4. OFAC SDN List.  Perhaps the best-known U.S. restricted party list is the OFAC List of Specially Designated Nationals and Blocked Persons (the “SDN List”).  OFAC has continued to add parties regularly to the SDN List in recent months (this is in addition to OFAC’s eight other restricted party lists).  In December 2021 alone OFAC issued announcements on ten separate occasions announcing new SDN designations under a variety of OFAC sanctions programs including Hong Kong, Central African Republic, Venezuela, N. Korea, Burma, Iran, Syria, Belarus, CAATSA, Counter Terrorism, Counter Narcotics, Kingpin Act and Global Magnitsky programs.

5. BIS Enforcement Action For Dealing With Parties On the Entity List.  On November 8, 2021 BIS announced an enforcement action and penalty against SP Industries, Inc. (d/b/a SP Scientific) of Warminster, Pennsylvania for exporting items to Huawei Technologies Co. Ltd. and its two subsidiaries Huawei Device Co., Ltd. and HiSilicon Technologies Co., Ltd., which are listed on the Entity List.  BIS is actively enforcing the prohibition against engaging in export transactions with parties on the Entity List, and more enforcement actions likely are underway.  Additional information regarding this case is available here.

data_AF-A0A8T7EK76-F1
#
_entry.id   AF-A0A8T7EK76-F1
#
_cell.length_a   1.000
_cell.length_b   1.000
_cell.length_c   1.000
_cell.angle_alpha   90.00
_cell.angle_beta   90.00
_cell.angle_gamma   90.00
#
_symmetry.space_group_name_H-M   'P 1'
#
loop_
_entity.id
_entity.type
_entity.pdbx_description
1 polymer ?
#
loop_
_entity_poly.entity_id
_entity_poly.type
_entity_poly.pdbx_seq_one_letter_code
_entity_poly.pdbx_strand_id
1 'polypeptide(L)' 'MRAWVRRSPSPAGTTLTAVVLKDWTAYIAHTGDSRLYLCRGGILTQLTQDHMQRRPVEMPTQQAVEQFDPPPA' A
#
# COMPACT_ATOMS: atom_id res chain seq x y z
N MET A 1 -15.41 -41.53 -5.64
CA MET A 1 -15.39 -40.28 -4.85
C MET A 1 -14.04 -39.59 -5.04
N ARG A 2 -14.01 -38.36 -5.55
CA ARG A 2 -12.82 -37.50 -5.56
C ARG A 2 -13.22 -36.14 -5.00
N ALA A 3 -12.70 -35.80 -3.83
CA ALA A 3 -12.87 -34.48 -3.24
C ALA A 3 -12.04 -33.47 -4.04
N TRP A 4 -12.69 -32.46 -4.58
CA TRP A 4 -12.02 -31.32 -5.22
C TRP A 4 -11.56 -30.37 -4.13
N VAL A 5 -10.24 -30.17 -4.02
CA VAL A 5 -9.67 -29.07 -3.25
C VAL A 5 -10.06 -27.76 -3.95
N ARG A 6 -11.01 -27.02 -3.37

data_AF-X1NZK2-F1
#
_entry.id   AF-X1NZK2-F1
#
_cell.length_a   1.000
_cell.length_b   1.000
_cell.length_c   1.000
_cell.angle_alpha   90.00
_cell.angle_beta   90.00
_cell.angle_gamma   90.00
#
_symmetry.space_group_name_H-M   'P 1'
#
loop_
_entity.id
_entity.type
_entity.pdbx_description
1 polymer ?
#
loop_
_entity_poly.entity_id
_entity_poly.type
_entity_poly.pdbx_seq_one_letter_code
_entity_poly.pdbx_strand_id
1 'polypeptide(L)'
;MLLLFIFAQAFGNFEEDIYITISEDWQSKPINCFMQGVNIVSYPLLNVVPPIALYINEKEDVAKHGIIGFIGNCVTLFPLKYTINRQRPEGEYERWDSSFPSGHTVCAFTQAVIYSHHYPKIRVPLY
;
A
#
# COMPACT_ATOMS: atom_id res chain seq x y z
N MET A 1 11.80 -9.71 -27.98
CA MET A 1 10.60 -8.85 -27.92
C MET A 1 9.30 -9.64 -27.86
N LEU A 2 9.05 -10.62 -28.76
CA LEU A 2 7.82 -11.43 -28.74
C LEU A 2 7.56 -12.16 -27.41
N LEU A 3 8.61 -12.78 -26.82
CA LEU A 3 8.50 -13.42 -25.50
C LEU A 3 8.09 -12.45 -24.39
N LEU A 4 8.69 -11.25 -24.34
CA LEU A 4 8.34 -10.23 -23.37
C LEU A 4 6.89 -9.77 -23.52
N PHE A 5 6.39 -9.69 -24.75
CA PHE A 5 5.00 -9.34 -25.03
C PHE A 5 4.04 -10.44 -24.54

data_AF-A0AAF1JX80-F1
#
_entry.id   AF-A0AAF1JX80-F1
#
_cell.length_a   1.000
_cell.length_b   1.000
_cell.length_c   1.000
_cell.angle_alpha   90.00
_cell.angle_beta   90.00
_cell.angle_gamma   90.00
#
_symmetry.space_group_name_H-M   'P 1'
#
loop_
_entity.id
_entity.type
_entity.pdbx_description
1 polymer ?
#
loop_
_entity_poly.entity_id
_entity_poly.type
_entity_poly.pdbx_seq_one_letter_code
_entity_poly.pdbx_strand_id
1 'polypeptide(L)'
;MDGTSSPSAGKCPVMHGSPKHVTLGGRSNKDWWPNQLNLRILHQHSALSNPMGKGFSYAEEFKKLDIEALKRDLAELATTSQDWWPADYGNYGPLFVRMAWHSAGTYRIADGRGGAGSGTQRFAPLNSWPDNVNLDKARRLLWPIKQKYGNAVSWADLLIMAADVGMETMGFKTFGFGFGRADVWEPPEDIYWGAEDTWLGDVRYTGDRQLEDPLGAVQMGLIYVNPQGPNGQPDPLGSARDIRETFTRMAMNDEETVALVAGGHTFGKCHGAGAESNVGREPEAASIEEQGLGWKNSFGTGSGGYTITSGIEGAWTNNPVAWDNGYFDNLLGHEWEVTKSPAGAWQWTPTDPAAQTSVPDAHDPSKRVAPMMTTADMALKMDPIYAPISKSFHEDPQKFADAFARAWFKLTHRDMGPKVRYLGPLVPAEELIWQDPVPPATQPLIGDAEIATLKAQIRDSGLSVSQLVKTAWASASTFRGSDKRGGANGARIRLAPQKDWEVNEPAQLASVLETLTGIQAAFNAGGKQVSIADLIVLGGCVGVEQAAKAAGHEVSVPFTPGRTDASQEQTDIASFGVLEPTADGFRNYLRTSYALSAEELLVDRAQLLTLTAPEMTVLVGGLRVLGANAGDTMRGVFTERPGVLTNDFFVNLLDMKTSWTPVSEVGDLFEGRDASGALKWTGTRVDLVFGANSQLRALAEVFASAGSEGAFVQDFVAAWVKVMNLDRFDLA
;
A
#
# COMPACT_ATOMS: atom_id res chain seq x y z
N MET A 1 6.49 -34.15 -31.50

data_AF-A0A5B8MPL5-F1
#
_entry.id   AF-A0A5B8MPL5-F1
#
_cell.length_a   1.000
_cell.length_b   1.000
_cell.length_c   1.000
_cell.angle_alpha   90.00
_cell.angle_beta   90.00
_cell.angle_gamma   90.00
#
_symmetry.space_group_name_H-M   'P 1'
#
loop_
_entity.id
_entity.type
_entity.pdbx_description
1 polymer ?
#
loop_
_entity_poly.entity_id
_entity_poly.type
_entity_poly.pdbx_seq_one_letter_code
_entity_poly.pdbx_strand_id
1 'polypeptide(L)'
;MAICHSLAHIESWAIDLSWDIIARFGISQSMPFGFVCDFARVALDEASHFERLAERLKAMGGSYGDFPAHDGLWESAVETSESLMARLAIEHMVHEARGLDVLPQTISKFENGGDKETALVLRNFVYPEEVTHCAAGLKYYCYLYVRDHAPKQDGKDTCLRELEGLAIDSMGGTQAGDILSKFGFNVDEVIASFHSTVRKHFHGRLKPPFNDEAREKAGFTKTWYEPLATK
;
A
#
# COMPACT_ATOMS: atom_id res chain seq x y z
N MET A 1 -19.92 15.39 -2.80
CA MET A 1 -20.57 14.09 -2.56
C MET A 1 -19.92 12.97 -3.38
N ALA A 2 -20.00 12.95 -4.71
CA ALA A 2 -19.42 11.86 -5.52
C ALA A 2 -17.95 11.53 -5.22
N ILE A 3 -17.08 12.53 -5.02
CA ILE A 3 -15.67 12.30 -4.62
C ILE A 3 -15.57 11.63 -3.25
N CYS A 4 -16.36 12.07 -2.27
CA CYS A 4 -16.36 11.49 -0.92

The above are just examples over an eight-week period of developments involving restricted parties – additional amendments are occurring on a regular basis. 

In the old days, the most important export requirement involved checking your export against the Commerce Control List (CCL) under the EAR and the U.S. Munitions List (USML) under the International Traffic In Arms Regulations (ITAR) to see if an export license was required.  In recent years, however, the agencies have been placing increasing emphasis on the full array of export requirements under the EAR, OFAC sanctions and ITAR, including:

  • Licensing requirements for exports, reexports and in-country transfers of restricted items listed on the CCL or the USML;
  • Restrictions on exports to prohibited destinations under the OFAC sanctions programs and to embargoed countries under EAR Part 746;
  • Restrictions on transactions with parties listed on the various restricted parties lists promulgated by BIS, OFAC and DDTC;
  • Restrictions on exports that will be used in the prohibited end-uses under EAR Part 744; and
  • Other requirements including the reporting, recordkeeping, licensing, brokering, reexport/retransfer, antiboycott, export clearance, short supply and Chemical Weapons Convention provisions contained throughout the EAR, ITAR and OFAC sanctions laws.   

Restricted party screening is now a critical component of the export compliance tool kit and an important cornerstone of export compliance activities. 

There are a number of compliance best practices that exporters frequently utilize in their denied party screening activities, including:

  • Frequency of Screening.  The designation of prohibited parties is a dynamic process – parties can be added to a restricted party list at any time.  It is possible that a long-time existing customer of a company can be added to a list on a moment’s notice.  Consequently many companies screen transactions against prohibited party lists on a regular, ongoing basis rather than only at the time of establishing a business relationship with the party.